Plant-Powered Nutrition For Athletic Performance

By , On , In Nutrition

What to eat before, during & after a workout.

Ever since plant-based lifestyles have become more mainstream and accessible, many people including high-level athletes are now proudly promoting animal-free diets as a way of maximizing both performance and recovery time. This is AMAZING! We 100% support the idea of Plant-Powered Athletes after all that’s what we do best! 

As plant-based educators and fitness coaches we encourage our clients to begin their plant-powered journey by including more whole foods – specifically fruits, vegetables, whole grains, legumes, nuts and seeds. If you follow this basic outline you will begin to notice significant improvements to your overall health in no time. That’s our promise. 

Once you establish this basic foundation of eating plant-based, you can take it a step further and dial in your nutrition further to suit your specific needs. If you so desire. 

One of the questions we get asked a lot from our clients and those who participate in our online courses is: 

“What should I eat before and after a workout?”

That’s a great question. The timing of meals, combined with specially formulated recipes is an effective strategy that could make a significant difference in your performance, body composition, energy levels, sleep quality, and recovery after workouts.

Often the advice we give depends on the individual and their specific activity and level of intensity, however, there are some common truths that you can apply for pre, during and post-workout nutrition, whether you’re a weekend warrior or a seasoned veteran.

Shall we take a look?…

Pre-Workout Fuel

Why?

Provide your body with enough energy to sustain your physical efforts during the training session.

What?

Easily digestible high-carbohydrate snack (with little protein and fat)

When?

30–60 minutes prior

Suggestions:

  • Fresh fruit (banana, pineapple)
  • Green smoothie
  • Berry Chia jam on sprouted grain bread
  • Dates with small amount of Nut Butter

During Exercise

Why?

To replace sweat loss and avoid cramping, increase/maintain energy in order to minimize fatigue, protect muscle tissue from breaking down and decrease recovery time after training.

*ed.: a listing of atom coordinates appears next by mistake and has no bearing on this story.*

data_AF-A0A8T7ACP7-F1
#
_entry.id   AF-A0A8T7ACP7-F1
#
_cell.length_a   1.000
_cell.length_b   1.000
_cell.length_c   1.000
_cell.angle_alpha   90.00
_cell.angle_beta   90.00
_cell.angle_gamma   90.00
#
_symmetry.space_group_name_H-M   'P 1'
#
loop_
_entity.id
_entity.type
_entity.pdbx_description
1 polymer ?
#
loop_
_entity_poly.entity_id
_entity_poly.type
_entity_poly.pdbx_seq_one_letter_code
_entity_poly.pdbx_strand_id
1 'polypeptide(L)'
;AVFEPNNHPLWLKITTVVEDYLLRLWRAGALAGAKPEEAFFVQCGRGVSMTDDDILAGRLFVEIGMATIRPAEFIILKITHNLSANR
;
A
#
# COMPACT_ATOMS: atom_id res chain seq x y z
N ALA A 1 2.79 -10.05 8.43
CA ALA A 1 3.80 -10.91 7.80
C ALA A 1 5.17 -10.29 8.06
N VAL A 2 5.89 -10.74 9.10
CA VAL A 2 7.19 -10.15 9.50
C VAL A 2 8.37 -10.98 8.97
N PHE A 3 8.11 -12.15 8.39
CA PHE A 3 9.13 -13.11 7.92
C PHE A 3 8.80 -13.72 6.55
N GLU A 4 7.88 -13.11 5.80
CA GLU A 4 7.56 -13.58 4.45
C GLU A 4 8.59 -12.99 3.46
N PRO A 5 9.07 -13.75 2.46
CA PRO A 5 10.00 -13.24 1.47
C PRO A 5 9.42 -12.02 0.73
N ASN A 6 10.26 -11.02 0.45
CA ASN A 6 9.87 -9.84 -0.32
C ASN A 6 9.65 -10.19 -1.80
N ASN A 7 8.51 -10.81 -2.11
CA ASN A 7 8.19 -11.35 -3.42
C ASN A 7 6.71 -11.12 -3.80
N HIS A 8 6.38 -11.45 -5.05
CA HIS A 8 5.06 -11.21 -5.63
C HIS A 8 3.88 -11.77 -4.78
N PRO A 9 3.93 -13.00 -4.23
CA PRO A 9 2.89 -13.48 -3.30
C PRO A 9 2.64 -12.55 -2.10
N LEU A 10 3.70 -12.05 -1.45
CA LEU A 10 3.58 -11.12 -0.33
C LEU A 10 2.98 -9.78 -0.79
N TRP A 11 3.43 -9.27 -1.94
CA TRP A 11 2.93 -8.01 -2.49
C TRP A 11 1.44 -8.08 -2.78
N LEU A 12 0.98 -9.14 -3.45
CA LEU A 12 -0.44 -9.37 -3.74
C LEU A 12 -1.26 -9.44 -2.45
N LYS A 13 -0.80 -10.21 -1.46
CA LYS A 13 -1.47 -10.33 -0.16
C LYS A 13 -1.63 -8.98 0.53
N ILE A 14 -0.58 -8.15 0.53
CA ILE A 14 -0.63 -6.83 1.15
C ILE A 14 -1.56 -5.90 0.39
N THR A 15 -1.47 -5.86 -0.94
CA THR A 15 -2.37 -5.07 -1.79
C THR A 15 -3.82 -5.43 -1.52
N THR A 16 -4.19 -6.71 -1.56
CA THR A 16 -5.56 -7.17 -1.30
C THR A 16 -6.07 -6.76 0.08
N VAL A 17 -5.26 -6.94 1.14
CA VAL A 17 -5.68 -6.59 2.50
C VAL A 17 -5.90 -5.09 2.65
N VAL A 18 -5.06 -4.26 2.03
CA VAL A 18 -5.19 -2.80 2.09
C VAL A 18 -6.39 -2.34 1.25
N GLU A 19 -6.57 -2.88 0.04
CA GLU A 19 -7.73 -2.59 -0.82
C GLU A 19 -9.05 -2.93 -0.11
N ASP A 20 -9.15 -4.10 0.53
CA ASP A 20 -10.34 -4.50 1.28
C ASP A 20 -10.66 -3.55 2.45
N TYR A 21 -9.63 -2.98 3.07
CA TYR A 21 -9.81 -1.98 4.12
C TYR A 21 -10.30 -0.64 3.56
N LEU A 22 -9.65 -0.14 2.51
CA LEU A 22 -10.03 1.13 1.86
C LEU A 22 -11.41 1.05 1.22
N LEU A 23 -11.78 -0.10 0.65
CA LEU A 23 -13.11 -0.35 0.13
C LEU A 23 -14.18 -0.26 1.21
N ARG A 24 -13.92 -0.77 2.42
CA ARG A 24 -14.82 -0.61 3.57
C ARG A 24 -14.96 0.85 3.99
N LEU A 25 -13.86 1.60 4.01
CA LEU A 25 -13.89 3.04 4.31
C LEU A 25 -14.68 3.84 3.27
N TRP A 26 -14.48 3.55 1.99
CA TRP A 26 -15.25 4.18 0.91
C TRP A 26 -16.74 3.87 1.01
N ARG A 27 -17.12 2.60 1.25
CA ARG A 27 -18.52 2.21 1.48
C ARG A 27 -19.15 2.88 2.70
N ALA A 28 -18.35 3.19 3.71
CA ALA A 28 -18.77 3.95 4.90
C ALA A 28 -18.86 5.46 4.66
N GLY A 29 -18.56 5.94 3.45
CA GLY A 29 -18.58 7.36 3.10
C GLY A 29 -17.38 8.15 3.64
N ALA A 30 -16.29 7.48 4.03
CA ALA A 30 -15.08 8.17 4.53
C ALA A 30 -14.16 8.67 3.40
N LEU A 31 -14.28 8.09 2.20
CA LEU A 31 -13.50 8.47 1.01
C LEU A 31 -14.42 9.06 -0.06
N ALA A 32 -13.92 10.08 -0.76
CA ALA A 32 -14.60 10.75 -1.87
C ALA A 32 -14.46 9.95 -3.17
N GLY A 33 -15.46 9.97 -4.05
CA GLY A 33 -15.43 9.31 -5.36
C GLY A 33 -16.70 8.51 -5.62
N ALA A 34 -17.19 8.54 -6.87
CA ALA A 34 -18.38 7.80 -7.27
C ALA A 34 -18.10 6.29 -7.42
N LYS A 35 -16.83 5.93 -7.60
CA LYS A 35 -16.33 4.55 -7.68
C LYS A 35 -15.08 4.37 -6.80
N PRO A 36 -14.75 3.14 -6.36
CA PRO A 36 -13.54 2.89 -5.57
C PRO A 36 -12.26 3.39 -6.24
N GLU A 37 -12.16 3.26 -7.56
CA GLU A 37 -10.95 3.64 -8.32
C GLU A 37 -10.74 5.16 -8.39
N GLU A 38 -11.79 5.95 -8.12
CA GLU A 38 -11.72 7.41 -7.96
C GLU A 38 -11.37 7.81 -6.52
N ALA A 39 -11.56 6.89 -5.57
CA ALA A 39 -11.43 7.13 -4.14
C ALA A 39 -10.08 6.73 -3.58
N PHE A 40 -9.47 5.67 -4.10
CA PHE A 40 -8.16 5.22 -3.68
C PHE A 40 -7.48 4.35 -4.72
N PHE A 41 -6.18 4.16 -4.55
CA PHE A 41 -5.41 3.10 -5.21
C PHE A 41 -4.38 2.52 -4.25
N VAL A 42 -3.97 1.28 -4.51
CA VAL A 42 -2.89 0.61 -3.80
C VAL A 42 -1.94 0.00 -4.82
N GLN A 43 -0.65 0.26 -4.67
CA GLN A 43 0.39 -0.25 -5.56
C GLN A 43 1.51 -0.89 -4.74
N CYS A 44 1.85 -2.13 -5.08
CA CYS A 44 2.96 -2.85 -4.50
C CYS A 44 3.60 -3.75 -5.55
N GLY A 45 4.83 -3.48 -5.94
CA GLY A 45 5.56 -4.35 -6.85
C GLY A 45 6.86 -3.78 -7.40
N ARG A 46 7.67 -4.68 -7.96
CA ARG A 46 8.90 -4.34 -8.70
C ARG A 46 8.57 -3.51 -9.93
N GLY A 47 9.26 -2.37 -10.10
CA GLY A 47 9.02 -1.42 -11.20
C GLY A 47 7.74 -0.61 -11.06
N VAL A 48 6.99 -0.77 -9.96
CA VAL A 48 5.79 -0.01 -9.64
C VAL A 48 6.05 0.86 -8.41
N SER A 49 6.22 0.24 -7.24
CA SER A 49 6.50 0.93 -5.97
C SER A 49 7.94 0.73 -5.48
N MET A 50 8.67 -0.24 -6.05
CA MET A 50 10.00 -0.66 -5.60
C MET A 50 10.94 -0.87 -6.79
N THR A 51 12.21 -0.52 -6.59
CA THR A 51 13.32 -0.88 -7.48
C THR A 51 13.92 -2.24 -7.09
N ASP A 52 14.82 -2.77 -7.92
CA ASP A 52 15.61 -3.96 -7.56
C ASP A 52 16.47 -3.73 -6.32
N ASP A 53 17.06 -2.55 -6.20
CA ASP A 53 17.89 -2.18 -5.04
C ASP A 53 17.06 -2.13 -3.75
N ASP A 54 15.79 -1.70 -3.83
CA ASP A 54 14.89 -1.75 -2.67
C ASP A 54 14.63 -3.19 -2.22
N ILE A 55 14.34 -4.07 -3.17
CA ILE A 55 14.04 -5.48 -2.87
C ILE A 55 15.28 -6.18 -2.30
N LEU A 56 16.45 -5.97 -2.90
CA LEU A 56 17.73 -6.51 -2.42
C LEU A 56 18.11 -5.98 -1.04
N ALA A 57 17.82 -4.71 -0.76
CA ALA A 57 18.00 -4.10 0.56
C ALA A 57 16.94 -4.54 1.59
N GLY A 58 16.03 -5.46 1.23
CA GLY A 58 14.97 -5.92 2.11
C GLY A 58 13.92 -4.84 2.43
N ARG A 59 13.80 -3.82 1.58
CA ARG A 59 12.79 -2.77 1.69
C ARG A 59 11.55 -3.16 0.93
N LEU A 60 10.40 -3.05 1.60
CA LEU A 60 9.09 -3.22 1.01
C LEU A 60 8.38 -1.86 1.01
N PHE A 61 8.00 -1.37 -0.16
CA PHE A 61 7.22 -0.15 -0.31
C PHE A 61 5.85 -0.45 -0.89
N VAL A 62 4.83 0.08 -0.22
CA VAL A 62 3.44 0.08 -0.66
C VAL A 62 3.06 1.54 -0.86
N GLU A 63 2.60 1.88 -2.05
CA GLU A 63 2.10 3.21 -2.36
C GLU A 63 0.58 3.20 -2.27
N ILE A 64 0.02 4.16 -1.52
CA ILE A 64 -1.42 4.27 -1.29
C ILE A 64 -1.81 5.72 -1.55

What?

Sip on clean (no artificial colours and refined sugars), electrolyte-rich beverage. The intensity of your workout determines whether you need mid-workout carbs.

When?

Every 10 to 15 minutes during exercise, or more, depending on variables like heat and humidity, the intensity of your workout. 

Suggestions:

  • Coconut water 
  • Chia water
  • Sports Gels that contain Glucose and Fructose (Dates & Agave Nectar)
  • Seaweed 

immediate post workout refuel

Why?

To optimize the recovery of energy stores (glycogen), which is important for repairing muscle and maintaining a healthy immune system.

What?

Consume a 3:1 to 4:1 ratio of carbs-to-protein, in a snack or beverage. Focus on high glycemic, glucose-rich carb sources.

When?

Within 20 minutes after a workout

Suggestions:

1-3 Hours post-workout

Why?

To repair damaged tissues, form strong muscles, support long-term health and longevity.

What?

A high protein meal is needed several hours post-workout, not directly after. Eat a complete, nutrient-rich meal consisting of 25–50 grams high-quality carbohydrates (squash, whole grains, pseudo-grains), 20- 25 grams easily digestible plant protein (such as hemp), omega- 3 fatty acids (hemp seeds and flaxseeds), and vitamins and minerals from whole natural food sources.

When?

1-3 hours post-workout  

Suggestions:

inbetween workouts

Why?

To recover faster from your workouts, minimize illness and injury and for optimal health and performance.

What?

Eat clean, whole, alkaline-forming, nutrient-rich plant-based foods.

When?

Throughout the remainder of the day.

Suggestions:

  • Vegetables
  • Fruits 
  • Nuts & seeds 
  • Legumes
  • Whole Grains
  • Algaes
  • Superfoods 
  • Fermented Foods 
  • Water

It’s a myth that people who are into living an active lifestyle need a lot of protein.

This is a big-time marketing gimmick that has been followed for way too long now. It’s time to change our thinking and approach to nutrition for optimal health and performance. Most athletes need only 1.2-1.8 grams of protein per kg of the body weight, which can be easily accomplished following a whole food plant-based diet.

P.S. Next week we’ll be releasing a collection of our go-to POST-WORKOUT PLANT-BASED MEALS FOR STRENGTH TRAINING. It will include recipes high in plant-based protein to help you build lean and strong muscles – perfect for the competitive athletes as well as weekend warriors. Stay tuned!

Dedicated to your health & wellbeing, 

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